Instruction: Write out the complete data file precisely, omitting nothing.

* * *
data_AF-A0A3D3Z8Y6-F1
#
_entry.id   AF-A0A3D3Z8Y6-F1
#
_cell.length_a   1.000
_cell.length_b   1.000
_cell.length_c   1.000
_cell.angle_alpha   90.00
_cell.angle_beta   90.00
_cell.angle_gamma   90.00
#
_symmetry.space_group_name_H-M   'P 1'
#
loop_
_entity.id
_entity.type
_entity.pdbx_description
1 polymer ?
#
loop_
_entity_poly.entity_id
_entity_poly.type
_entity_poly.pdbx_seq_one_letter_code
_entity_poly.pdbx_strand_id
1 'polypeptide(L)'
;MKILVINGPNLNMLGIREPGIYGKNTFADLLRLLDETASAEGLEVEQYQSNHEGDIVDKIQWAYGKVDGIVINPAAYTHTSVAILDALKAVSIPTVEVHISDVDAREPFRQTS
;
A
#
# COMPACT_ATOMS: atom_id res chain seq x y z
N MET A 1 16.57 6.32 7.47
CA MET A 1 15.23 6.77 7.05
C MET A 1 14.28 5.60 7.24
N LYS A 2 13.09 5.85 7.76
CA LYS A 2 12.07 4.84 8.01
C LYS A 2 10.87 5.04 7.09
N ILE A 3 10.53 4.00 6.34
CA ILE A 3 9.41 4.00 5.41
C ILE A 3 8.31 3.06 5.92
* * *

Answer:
data_AF-A0A3D3Z8Y6-F1
#
_entry.id   AF-A0A3D3Z8Y6-F1
#
_cell.length_a   1.000
_cell.length_b   1.000
_cell.length_c   1.000
_cell.angle_alpha   90.00
_cell.angle_beta   90.00
_cell.angle_gamma   90.00
#
_symmetry.space_group_name_H-M   'P 1'
#
loop_
_entity.id
_entity.type
_entity.pdbx_description
1 polymer ?
#
loop_
_entity_poly.entity_id
_entity_poly.type
_entity_poly.pdbx_seq_one_letter_code
_entity_poly.pdbx_strand_id
1 'polypeptide(L)'
;MKILVINGPNLNMLGIREPGIYGKNTFADLLRLLDETASAEGLEVEQYQSNHEGDIVDKIQWAYGKVDGIVINPAAYTHTSVAILDALKAVSIPTVEVHISDVDAREPFRQTS
;
A
#
# COMPACT_ATOMS: atom_id res chain seq x y z
N MET A 1 16.57 6.32 7.47
CA MET A 1 15.23 6.77 7.05
C MET A 1 14.28 5.60 7.24
N LYS A 2 13.09 5.85 7.76
CA LYS A 2 12.07 4.84 8.01
C LYS A 2 10.87 5.04 7.09
N ILE A 3 10.53 4.00 6.34
CA ILE A 3 9.41 4.00 5.41
C ILE A 3 8.31 3.06 5.92